L.A.FANS is based on a stratified random sample of 65 neighborhoods (census tracts) in Los Angeles County, California. Poor neighborhoods were oversampled. In Wave I, an average of 41 households were randomly selected and interviewed within each neighborhood, including an oversample of households with children under 18. Within each household, both adults and children were sampled and interviewed. Each sampled person was interviewed in the first wave and will be interviewed in each subsequent wave, whether they remain in the neighborhood or move elsewhere. In the second wave, a fresh sample of households that had moved into the neighborhood in the preceding two years was also selected and interviewed. These households became part of the sample and will be followed in subsequent waves. Thus, the size of the sample grows over time. Each wave of L.A.FANS includes a household survey. In Wave I, sampled adults were asked to complete: (a) a household roster; (b) questions about household economic status, health insurance, assets, current and past participation in welfare programs (e.g., AFDC, TANF, GR, Medicaid, SSI, WIC, and housing assistance), use of private social service programs, and their neighborhood; and (c) questions about education, employment, income, migration and immigration, marital history, neighborhoods of residence, reasons for moving, and social ties and social support. Primary caregivers (usually the mother) of sampled children were asked to complete questions about themselves and the home environment. They were asked about the child's behavior problems, school-related performance and disciplinary problems, and current health and disability status, as well as child care history (including names and addresses of current providers), immigrant status, school enrollment, health and disability history, child support payments, contact with the absent parent, residence history, and use of public and private social service programs (e.g., SSI, school lunch, after-school and recreational programs, and Medicaid). Primary caregivers also completed cognitive assessments.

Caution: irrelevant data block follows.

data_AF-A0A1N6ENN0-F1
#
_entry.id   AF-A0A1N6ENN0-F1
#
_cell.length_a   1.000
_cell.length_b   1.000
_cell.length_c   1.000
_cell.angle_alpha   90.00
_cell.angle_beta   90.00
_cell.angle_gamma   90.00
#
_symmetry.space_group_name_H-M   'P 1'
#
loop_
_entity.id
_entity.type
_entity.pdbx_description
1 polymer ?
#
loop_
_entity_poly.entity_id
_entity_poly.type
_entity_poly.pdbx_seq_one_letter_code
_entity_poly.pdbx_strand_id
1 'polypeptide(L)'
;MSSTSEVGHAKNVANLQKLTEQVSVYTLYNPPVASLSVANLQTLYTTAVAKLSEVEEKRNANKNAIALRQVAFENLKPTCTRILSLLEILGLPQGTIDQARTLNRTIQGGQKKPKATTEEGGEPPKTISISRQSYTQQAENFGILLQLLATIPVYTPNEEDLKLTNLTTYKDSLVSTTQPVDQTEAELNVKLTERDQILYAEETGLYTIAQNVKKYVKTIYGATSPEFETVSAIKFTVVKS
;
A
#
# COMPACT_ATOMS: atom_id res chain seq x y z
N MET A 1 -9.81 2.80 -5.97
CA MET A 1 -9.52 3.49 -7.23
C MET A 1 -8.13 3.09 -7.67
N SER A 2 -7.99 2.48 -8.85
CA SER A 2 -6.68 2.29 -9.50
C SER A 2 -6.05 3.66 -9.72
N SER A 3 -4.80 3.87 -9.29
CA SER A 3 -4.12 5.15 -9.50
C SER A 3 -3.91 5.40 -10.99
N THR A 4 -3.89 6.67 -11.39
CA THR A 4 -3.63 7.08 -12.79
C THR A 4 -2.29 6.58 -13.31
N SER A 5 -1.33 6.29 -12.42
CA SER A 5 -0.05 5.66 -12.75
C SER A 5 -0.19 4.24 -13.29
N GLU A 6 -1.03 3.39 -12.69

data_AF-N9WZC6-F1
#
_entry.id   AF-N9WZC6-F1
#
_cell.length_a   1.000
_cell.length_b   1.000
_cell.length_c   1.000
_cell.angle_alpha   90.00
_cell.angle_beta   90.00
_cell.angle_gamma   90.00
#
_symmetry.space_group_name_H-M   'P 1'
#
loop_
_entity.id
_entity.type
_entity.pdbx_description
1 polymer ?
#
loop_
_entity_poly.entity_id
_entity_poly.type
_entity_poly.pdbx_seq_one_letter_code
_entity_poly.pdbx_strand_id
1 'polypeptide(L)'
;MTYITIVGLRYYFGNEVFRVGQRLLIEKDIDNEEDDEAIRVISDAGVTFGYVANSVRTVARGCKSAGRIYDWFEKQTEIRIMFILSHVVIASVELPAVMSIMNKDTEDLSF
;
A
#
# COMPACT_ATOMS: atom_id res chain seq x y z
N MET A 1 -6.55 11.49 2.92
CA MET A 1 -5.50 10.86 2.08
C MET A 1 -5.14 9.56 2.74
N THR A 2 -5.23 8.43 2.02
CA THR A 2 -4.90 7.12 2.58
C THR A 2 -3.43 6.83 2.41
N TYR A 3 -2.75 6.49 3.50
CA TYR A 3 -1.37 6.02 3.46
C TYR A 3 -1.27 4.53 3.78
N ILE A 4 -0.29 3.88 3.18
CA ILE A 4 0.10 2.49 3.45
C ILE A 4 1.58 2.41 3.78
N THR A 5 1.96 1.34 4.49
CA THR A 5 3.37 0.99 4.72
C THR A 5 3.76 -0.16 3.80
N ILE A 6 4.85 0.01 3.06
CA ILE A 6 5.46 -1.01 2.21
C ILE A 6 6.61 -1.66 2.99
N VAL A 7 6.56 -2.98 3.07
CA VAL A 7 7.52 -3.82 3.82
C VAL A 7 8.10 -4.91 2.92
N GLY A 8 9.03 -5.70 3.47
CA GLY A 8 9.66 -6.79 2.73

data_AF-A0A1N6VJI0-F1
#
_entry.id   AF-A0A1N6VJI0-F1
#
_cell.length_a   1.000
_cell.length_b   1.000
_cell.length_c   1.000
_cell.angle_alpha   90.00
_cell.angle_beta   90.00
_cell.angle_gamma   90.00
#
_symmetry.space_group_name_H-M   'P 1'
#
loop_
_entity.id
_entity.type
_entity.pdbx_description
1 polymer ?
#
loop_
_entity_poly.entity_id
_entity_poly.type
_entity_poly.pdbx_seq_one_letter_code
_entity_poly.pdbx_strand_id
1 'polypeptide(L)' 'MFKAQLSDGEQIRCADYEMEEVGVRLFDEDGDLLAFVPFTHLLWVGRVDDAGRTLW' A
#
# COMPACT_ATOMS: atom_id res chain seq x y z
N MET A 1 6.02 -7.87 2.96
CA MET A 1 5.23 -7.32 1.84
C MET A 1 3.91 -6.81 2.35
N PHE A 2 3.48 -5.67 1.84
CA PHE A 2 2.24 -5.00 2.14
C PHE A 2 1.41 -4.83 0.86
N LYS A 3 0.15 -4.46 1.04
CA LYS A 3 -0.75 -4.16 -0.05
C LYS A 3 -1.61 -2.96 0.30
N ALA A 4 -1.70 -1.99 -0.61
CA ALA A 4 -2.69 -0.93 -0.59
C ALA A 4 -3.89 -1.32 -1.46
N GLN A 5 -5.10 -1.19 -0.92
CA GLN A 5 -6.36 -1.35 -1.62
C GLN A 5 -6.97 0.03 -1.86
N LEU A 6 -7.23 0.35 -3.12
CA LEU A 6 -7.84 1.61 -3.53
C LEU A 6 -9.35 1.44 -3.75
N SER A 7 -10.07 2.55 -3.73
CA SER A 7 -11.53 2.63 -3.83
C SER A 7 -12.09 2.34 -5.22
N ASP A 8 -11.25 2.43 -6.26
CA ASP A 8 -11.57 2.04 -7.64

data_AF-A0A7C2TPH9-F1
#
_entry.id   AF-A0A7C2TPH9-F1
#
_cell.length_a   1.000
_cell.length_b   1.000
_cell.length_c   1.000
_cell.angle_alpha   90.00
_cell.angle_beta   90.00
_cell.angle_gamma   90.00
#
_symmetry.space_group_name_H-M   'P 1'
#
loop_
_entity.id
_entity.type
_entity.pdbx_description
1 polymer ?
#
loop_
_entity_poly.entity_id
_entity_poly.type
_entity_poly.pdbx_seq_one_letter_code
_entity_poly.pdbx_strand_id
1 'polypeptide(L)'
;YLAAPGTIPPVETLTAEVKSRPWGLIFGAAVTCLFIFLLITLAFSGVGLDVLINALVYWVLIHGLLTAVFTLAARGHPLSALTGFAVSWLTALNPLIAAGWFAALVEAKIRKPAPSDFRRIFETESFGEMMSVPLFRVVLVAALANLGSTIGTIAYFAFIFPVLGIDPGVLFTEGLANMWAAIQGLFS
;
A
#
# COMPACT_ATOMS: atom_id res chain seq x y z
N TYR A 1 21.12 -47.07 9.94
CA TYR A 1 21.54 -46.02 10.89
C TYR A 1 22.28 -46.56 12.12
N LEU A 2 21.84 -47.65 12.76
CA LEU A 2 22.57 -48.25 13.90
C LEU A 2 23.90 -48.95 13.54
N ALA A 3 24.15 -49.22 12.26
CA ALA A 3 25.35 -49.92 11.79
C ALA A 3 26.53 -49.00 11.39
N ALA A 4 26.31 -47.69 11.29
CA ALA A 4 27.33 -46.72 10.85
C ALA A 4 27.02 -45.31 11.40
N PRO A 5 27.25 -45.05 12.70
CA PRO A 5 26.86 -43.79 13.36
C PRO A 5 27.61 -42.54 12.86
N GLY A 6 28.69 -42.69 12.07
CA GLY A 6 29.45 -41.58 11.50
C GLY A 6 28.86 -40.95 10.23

Longitudinal

Neighborhoods and households in Los Angeles County, California

aggregate data

observational data

survey data

2009-02-25

2013-09-18

2011-01-13 Added three Neighborhood Observation datasets

2009-11-09 Restricted data versions were added for availability under restricted use agreement

2009-08-03 The Primary Investigators requested that we change the order of the parts, part sub-titles, and names of part sub-titles. No changes were made to the data.

2009-04-20 Per the request of the Principal Investigator, one of the names listed was removed.

2009-02-25 ICPSR data undergo a confidentiality review and are altered when necessary to limit the risk of disclosure. ICPSR also routinely creates ready-to-go data files along with setups in the major statistical software formats as well as standard codebooks to accompany the data. In addition to these procedures, ICPSR performed the following processing steps for this data collection:

  • Performed consistency checks.
  • Created variable labels and/or value labels.
  • Standardized missing values.
  • Created online analysis version with question text.
  • Checked for undocumented or out-of-range codes.